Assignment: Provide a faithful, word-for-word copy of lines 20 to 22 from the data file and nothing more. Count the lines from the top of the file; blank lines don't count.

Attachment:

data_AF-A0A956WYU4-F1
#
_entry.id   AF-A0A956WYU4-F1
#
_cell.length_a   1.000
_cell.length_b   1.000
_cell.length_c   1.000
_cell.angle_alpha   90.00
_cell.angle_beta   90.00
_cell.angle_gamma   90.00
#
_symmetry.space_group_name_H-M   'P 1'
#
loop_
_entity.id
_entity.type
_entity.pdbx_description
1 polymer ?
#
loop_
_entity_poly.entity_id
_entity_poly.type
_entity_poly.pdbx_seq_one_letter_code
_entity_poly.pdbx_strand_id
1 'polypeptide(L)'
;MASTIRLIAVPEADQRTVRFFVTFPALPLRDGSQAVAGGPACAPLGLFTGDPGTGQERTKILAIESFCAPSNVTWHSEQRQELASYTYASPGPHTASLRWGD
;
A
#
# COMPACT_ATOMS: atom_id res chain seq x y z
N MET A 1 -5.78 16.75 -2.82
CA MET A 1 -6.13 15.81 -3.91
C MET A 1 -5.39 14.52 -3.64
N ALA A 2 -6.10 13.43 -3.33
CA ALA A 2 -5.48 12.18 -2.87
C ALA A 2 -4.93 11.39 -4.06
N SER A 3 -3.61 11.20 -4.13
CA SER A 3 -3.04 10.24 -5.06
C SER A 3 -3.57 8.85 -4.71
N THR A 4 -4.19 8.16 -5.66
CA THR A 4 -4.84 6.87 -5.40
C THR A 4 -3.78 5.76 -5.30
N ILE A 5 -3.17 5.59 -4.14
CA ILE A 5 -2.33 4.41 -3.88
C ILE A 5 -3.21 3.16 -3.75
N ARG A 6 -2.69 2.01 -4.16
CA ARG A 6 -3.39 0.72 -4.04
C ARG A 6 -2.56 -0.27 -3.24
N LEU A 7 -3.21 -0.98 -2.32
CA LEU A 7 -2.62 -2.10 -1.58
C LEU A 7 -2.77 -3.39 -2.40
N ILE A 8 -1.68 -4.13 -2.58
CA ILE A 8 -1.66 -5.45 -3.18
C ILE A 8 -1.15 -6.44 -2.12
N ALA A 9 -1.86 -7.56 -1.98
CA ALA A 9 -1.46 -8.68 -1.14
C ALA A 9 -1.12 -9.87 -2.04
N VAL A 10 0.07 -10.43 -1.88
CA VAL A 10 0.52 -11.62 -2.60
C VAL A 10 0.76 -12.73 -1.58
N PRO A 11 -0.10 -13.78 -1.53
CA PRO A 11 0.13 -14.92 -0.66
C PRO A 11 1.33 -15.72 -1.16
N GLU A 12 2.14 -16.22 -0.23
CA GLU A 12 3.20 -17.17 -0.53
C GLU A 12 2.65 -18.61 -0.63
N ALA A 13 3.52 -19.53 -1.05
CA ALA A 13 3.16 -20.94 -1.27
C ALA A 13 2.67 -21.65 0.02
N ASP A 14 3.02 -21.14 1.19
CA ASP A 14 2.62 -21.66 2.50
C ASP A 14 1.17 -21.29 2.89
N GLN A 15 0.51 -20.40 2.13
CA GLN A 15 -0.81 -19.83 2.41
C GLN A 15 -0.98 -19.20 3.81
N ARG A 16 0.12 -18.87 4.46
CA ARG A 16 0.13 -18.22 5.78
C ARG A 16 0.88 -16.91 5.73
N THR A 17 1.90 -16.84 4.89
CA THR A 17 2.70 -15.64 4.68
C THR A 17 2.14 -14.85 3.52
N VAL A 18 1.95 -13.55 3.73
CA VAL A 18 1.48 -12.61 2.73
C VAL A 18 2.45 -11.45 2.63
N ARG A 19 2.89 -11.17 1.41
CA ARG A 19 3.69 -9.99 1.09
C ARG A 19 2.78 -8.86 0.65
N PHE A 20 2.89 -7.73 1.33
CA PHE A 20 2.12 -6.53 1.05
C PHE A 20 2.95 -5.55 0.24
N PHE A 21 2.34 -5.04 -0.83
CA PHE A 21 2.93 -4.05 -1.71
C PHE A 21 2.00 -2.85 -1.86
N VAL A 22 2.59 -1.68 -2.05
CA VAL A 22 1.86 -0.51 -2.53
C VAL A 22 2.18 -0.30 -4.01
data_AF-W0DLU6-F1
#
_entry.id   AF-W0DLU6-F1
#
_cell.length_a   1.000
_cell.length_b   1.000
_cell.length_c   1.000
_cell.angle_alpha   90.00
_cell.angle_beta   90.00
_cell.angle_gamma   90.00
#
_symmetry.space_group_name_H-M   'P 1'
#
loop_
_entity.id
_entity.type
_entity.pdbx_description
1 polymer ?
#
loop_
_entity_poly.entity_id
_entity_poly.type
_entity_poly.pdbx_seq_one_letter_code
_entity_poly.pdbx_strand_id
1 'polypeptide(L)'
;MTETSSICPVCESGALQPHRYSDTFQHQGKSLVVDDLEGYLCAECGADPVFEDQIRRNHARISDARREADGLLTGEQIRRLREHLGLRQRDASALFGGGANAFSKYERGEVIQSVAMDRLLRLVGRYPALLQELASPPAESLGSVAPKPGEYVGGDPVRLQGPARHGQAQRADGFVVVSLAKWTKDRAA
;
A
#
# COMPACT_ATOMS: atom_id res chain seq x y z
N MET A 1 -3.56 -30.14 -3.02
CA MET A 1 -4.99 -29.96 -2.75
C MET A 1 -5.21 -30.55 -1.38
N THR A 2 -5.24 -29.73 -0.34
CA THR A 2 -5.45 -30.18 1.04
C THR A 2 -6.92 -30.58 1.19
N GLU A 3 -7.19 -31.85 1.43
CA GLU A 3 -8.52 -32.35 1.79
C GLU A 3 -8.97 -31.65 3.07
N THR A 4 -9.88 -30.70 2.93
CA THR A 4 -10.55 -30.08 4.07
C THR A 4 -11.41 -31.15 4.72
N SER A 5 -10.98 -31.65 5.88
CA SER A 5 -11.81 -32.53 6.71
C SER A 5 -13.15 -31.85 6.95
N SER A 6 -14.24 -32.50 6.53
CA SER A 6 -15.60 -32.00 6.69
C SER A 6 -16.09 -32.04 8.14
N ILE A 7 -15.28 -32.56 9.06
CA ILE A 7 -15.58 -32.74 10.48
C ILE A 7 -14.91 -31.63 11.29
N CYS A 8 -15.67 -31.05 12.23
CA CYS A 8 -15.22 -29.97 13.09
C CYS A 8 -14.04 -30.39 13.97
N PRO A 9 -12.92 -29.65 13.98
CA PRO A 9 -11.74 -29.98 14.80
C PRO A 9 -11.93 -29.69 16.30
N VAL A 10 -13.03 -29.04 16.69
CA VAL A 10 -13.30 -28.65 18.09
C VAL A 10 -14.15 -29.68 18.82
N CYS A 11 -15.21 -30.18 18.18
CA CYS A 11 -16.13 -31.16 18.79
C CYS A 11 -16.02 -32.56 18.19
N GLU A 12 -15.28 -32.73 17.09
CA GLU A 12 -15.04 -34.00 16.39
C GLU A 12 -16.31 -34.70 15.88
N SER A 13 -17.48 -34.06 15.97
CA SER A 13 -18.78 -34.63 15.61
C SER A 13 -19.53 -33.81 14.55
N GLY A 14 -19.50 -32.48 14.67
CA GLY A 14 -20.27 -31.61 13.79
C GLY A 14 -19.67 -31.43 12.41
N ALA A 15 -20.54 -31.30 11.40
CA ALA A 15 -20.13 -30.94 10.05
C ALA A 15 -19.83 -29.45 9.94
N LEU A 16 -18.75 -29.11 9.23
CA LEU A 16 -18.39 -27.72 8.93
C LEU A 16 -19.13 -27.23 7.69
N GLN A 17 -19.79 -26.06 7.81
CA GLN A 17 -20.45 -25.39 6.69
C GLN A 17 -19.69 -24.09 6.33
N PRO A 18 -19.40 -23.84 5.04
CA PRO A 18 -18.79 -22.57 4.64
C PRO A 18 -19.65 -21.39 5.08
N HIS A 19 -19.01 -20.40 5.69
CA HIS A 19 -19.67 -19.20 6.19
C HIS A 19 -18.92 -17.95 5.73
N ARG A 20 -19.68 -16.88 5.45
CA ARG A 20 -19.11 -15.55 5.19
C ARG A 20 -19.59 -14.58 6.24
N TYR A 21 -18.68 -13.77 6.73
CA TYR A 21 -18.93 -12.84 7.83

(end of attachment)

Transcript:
loop_
_entity_poly.entity_id
_entity_poly.type